This number of elderly Americans has far-reaching implications for our nation’s public health system and will place unprecedented demands on the provision of health care and aging-related services. Public health efforts to promote health and functional independence are critical strategies in helping older adults stay healthy.
Research has shown that poor health does not have to be an inevitable consequence of aging. Older adults who practice healthy behaviors are more likely to remain healthy, live independently and incur fewer health-related costs. An essential component to keeping older adults healthy is preventing chronic diseases and reducing associated complications.
The Centers for Disease Control and Prevention report that about 80 percent of older adults have one chronic condition, and 50 percent have at least two. Infectious diseases (such as influenza and pneumonia) and injuries also take a disproportionate toll on older adults. Efforts to identify strategies to prevent or reduce the risk of disease and injury and to widely apply effective interventions must be pursued.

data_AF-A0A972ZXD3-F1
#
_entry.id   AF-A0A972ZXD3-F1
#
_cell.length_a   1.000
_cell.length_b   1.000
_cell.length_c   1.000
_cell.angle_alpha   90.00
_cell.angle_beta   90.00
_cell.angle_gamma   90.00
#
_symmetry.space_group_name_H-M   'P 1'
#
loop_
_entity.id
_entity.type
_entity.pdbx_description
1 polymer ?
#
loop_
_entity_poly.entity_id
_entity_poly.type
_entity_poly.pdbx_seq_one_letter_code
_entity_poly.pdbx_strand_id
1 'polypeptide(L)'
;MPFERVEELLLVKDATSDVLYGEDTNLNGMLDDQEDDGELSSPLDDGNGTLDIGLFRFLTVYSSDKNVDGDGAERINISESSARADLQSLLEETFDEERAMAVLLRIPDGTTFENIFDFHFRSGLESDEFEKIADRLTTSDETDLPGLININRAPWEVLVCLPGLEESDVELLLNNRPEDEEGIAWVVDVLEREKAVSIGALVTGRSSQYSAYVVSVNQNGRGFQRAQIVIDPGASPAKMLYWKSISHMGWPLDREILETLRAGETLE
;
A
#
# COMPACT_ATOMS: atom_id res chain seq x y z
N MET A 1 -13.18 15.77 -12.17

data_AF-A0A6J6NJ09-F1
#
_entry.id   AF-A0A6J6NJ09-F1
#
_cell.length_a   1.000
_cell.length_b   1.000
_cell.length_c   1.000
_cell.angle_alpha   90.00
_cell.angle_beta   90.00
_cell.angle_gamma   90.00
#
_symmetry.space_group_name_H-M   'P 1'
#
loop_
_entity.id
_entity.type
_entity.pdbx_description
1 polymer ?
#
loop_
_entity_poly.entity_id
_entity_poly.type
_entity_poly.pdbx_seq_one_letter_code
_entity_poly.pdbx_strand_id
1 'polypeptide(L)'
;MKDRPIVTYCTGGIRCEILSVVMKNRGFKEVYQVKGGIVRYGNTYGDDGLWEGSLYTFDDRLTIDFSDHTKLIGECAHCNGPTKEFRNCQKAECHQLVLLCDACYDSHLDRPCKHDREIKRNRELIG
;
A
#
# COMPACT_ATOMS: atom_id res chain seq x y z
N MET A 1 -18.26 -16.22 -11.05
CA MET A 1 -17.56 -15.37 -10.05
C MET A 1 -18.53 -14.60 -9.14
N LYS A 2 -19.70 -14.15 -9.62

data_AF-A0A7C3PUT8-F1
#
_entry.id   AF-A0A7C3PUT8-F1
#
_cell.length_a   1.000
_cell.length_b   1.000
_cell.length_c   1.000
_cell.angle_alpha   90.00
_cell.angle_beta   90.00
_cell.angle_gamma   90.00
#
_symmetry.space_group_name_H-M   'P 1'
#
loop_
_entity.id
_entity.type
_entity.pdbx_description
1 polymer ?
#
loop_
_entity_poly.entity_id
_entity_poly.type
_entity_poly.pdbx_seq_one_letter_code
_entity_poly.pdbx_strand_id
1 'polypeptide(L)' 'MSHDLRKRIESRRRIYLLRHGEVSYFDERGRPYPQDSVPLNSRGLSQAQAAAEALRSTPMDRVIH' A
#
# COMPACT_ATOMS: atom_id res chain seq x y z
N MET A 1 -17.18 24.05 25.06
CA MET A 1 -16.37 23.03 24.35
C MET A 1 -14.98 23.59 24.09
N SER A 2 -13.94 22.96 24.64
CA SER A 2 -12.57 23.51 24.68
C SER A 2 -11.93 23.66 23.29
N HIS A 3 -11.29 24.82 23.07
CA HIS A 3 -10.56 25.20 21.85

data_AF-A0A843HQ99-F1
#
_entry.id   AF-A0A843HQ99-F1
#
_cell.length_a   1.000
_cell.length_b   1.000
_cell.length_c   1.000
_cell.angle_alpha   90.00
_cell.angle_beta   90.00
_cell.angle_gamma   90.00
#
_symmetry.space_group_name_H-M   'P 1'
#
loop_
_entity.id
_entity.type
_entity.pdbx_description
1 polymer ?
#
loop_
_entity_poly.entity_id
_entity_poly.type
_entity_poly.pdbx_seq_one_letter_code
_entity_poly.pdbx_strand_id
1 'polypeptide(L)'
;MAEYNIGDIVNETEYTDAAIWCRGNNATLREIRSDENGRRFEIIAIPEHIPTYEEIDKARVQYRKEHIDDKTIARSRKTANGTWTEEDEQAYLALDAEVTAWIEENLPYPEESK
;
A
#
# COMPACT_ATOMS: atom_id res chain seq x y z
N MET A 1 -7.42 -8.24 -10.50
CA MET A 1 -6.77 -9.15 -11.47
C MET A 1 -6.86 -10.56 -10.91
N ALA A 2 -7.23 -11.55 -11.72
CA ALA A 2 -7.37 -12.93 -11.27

Fall prevention can save lives and keep an older adult self-sufficient in his or her home longer. According to the CDC one in three adults 65 and older fall.
Following these tips can save a lot of older adults from falling.
Falls may occur for a variety of reasons, one of which is lack of exercise. The CDC states that, “physical activity is the most important factor to healthy aging.” For important health benefits it is recommended that older adults need at least:
- 150 minutes of moderate-intensity aerobic activity, which translates to 30 minutes a day 5 days a week (i.e., brisk walking) every week;
- Muscle-strengthening activities on two or more days a week that work all major muscle groups (legs, hips, back, abdomen, chest, shoulders and arms).
- Or, 30 minutes a day 5 days a week of vigorous-intensity aerobic activity and weight training muscle-strengthening activities on two or more days a week that work all major muscle groups.